Your Baby’s Tummy at 10 Months

Your baby’s tummy is like a tiny tank, so we aim to use the space efficiently. By pairing nutrients together, we ensure maximum absorption. At the 10 month milestone you’ve likely introduced finger foods and are engaging in some self-feeding, as they fine tune their pincer grasp. Expect plenty of food under-foot and a messy high chair.

Messy eating is an important step in development, and should excite you that you’re on the right (albeit filthy) track. Might be time to invest in a family dog to scarf up all the food scraps.


Your Baby’s Eyes at 10 Months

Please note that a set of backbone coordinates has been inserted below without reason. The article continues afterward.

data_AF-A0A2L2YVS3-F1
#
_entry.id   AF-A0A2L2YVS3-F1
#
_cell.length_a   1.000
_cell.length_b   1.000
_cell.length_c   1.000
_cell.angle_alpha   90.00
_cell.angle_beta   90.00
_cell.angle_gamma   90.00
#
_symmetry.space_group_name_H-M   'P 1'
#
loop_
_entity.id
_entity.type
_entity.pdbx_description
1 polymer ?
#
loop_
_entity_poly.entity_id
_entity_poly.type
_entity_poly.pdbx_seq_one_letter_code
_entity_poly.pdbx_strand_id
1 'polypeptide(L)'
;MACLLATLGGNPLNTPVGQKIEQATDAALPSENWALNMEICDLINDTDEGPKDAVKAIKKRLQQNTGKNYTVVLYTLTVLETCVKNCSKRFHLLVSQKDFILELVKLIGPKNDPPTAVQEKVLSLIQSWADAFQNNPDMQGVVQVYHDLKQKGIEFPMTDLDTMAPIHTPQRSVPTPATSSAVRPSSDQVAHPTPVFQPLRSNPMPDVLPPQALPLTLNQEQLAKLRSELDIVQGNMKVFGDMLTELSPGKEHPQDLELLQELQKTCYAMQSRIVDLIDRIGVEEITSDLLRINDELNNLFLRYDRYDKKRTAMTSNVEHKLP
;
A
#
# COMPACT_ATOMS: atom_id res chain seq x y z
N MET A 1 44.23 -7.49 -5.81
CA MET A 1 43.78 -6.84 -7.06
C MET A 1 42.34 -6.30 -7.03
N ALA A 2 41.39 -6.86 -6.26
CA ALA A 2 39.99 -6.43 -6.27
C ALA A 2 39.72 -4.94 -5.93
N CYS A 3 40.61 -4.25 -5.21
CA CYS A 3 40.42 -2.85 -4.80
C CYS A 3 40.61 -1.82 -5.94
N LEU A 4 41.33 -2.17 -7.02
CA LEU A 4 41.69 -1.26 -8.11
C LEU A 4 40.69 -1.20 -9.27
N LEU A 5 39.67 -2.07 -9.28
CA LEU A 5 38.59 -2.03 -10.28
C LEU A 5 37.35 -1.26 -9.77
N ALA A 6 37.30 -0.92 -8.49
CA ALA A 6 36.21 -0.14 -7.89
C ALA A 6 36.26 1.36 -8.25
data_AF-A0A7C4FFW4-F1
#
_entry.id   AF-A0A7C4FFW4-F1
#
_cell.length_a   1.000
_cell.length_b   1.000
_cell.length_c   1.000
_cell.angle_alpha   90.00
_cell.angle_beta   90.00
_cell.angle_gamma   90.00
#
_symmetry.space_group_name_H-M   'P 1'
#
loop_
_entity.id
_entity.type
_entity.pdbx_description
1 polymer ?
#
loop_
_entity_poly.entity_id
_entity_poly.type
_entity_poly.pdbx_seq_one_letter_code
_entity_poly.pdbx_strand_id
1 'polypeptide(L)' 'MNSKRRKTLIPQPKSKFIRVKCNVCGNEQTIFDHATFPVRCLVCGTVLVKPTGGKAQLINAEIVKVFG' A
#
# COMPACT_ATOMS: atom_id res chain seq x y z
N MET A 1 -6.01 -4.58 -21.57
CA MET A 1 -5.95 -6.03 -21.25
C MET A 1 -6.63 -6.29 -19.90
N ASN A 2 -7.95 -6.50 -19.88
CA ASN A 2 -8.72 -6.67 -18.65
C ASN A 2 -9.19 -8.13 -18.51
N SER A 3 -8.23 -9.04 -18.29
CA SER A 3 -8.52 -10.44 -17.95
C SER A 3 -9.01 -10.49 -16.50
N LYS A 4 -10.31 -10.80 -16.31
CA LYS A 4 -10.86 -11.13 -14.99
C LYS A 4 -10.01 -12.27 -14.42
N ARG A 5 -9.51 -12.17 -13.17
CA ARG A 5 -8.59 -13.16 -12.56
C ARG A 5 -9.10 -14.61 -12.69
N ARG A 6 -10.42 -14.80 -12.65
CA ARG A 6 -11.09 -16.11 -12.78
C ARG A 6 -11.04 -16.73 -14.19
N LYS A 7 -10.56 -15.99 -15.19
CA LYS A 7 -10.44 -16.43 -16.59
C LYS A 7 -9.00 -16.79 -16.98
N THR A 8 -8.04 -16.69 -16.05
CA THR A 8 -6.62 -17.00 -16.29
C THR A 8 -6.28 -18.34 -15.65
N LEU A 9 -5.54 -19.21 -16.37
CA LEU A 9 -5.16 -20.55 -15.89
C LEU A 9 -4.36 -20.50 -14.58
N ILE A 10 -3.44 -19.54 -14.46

At 10 months your baby can move their eyes diagonally. Those “shifty” eyes are looking at toys with a different level of fondness than before. At this age your baby will form preferences for certain objects and play with them in more complex ways than less-preferred toys. Additionally, as they grow into their personality, it will prove tempting to reach for a screen (saver) during fussier moments. Don’t cave! Lo-tech is still best for development and communication skills. Screens should be avoided until at least 18 months.

Did you know: Setting boundaries is an important part of parenting. At 10 months your baby begins to understand that they can do things that make you frown. They might love this negative attention. Don’t let them delight in this! Learn more about Boundary Setting and Your Baby.


Your Baby’s Muscles at 10 Months